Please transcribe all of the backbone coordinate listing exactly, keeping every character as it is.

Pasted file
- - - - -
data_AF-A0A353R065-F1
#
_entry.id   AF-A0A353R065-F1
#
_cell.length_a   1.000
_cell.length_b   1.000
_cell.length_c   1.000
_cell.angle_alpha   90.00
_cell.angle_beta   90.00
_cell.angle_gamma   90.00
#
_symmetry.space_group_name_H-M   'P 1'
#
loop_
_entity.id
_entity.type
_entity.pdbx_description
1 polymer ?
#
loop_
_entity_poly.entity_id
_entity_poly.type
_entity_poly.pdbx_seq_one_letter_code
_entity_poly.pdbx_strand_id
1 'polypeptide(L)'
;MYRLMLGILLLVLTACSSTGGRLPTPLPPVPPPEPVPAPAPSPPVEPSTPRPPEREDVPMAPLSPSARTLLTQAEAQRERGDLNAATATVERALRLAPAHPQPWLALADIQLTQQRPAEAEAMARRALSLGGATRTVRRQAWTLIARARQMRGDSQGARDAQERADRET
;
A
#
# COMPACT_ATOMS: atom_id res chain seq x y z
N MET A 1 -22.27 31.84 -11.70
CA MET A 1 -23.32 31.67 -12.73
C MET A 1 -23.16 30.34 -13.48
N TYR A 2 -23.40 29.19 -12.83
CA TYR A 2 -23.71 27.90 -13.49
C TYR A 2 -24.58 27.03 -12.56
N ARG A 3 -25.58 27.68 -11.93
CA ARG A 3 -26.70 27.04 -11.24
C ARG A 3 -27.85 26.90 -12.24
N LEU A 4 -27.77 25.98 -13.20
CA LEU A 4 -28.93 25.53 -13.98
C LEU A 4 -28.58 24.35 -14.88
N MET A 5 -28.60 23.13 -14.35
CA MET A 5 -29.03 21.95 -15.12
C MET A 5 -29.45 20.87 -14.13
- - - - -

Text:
data_AF-A0A353R065-F1
#
_entry.id   AF-A0A353R065-F1
#
_cell.length_a   1.000
_cell.length_b   1.000
_cell.length_c   1.000
_cell.angle_alpha   90.00
_cell.angle_beta   90.00
_cell.angle_gamma   90.00
#
_symmetry.space_group_name_H-M   'P 1'
#
loop_
_entity.id
_entity.type
_entity.pdbx_description
1 polymer ?
#
loop_
_entity_poly.entity_id
_entity_poly.type
_entity_poly.pdbx_seq_one_letter_code
_entity_poly.pdbx_strand_id
1 'polypeptide(L)'
;MYRLMLGILLLVLTACSSTGGRLPTPLPPVPPPEPVPAPAPSPPVEPSTPRPPEREDVPMAPLSPSARTLLTQAEAQRERGDLNAATATVERALRLAPAHPQPWLALADIQLTQQRPAEAEAMARRALSLGGATRTVRRQAWTLIARARQMRGDSQGARDAQERADRET
;
A
#
# COMPACT_ATOMS: atom_id res chain seq x y z
N MET A 1 -22.27 31.84 -11.70
CA MET A 1 -23.32 31.67 -12.73
C MET A 1 -23.16 30.34 -13.48
N TYR A 2 -23.40 29.19 -12.83
CA TYR A 2 -23.71 27.90 -13.49
C TYR A 2 -24.58 27.03 -12.56
N ARG A 3 -25.58 27.68 -11.93
CA ARG A 3 -26.70 27.04 -11.24
C ARG A 3 -27.85 26.90 -12.24
N LEU A 4 -27.77 25.98 -13.20
CA LEU A 4 -28.93 25.53 -13.98
C LEU A 4 -28.58 24.35 -14.88
N MET A 5 -28.60 23.13 -14.35
CA MET A 5 -29.03 21.95 -15.12
C MET A 5 -29.45 20.87 -14.13